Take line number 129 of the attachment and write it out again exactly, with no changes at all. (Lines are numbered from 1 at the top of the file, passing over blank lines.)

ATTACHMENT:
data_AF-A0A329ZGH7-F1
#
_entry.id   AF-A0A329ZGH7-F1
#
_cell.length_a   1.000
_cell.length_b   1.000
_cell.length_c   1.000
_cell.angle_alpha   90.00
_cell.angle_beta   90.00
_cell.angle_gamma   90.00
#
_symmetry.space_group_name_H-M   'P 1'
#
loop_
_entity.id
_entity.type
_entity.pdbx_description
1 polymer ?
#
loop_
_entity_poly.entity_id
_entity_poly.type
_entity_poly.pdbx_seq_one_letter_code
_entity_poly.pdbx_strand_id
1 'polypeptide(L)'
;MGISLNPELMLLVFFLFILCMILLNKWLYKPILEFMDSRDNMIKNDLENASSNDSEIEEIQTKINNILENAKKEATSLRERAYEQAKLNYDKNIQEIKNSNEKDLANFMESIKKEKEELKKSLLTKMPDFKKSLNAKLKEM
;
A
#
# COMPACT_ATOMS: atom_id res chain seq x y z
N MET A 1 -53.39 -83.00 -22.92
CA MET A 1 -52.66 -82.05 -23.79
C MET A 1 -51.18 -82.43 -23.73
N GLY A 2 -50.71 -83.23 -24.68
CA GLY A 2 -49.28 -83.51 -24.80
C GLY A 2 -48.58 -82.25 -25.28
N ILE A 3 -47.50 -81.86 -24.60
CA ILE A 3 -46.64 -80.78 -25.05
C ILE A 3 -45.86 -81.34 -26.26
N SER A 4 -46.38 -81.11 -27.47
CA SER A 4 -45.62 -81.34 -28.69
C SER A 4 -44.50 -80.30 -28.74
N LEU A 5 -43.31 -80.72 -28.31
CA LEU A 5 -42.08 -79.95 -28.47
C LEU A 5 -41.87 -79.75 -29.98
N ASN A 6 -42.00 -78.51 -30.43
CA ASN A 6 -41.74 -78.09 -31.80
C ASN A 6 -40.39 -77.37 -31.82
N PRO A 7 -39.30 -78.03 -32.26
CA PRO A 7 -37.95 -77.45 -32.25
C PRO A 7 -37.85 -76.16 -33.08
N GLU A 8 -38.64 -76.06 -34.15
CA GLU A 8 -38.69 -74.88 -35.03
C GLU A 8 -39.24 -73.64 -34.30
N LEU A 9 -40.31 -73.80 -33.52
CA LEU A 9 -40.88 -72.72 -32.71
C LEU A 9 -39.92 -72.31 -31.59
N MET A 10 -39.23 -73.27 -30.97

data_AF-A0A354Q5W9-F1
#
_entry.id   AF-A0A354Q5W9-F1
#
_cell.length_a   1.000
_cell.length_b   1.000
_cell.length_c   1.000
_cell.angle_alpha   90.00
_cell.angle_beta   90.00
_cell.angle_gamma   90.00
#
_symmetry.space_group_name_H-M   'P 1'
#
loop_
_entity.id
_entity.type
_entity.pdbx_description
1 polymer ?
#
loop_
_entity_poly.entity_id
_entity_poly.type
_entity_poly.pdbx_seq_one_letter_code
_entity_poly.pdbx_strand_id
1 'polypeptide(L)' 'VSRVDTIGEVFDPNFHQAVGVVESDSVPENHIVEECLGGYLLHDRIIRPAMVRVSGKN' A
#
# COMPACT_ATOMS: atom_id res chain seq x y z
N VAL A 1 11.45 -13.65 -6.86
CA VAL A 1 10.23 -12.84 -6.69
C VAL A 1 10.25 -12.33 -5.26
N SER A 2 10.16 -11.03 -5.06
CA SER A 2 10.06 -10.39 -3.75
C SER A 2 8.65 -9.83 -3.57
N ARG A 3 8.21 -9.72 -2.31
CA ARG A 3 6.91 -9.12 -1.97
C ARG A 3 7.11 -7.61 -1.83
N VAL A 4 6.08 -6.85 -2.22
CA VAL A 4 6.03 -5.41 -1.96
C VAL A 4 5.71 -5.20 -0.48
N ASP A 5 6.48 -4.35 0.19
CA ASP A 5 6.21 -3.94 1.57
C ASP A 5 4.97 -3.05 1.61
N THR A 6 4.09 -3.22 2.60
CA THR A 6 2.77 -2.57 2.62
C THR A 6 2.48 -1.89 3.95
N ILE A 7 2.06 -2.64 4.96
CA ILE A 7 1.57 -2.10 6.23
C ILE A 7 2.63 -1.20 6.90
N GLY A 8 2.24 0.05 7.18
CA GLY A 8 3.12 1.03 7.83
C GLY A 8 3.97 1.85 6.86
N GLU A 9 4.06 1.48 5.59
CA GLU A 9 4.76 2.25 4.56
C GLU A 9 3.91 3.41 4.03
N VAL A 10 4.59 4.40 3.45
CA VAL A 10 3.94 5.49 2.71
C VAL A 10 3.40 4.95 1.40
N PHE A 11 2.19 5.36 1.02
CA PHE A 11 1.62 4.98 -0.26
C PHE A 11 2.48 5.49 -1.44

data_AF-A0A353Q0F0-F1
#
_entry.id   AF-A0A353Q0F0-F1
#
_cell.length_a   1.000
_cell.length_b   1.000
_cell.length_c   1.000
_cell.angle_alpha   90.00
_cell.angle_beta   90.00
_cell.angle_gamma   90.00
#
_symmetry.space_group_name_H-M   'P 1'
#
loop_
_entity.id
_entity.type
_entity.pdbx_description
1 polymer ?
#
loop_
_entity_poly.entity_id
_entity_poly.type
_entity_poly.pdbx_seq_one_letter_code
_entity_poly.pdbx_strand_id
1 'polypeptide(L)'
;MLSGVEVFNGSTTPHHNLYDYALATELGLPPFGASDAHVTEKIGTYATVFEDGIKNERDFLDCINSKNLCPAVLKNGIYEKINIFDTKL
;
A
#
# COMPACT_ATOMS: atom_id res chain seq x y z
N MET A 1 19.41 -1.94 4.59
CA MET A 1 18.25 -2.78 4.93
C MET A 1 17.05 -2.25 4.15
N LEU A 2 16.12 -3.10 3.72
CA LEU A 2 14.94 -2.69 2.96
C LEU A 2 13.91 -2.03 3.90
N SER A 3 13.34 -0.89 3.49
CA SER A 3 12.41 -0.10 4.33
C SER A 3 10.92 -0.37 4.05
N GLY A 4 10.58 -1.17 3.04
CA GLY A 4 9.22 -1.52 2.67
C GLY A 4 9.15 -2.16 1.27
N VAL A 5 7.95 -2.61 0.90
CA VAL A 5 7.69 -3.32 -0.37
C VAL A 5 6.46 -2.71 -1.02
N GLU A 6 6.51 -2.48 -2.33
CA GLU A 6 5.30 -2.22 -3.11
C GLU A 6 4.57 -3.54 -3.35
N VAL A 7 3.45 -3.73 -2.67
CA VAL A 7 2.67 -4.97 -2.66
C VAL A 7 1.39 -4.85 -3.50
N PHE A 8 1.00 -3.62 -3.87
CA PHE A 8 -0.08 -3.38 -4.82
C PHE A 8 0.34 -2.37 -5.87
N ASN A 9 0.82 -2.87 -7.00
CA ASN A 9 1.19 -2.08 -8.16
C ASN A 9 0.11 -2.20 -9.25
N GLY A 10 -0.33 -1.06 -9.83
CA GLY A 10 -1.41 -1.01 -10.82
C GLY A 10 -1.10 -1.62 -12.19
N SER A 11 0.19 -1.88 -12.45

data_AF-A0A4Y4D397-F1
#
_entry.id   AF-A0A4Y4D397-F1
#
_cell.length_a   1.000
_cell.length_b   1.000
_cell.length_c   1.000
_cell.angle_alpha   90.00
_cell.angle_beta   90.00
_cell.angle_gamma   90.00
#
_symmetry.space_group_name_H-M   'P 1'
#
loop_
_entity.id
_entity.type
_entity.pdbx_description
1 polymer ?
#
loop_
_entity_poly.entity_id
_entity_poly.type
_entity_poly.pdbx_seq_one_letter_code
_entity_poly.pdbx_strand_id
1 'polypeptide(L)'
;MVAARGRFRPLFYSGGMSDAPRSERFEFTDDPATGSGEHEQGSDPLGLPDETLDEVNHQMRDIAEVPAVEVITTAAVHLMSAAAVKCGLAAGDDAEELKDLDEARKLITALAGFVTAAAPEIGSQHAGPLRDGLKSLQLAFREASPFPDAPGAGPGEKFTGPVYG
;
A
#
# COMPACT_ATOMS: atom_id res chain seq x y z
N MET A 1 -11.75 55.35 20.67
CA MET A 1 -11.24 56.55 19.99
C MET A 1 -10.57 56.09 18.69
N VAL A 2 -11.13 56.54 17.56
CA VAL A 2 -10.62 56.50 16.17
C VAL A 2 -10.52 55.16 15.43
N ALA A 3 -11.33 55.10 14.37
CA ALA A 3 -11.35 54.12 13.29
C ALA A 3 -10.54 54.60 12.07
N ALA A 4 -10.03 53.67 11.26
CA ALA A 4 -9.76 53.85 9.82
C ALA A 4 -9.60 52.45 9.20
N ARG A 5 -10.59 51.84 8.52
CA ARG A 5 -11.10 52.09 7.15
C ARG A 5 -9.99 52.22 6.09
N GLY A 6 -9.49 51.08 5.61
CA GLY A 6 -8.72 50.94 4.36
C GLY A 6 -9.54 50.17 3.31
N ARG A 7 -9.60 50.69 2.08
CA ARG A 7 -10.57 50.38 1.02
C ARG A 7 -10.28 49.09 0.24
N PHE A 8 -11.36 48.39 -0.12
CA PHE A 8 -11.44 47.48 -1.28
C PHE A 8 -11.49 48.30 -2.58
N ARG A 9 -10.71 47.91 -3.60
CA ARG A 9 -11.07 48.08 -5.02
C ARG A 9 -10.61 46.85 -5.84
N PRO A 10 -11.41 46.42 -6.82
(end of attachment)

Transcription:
#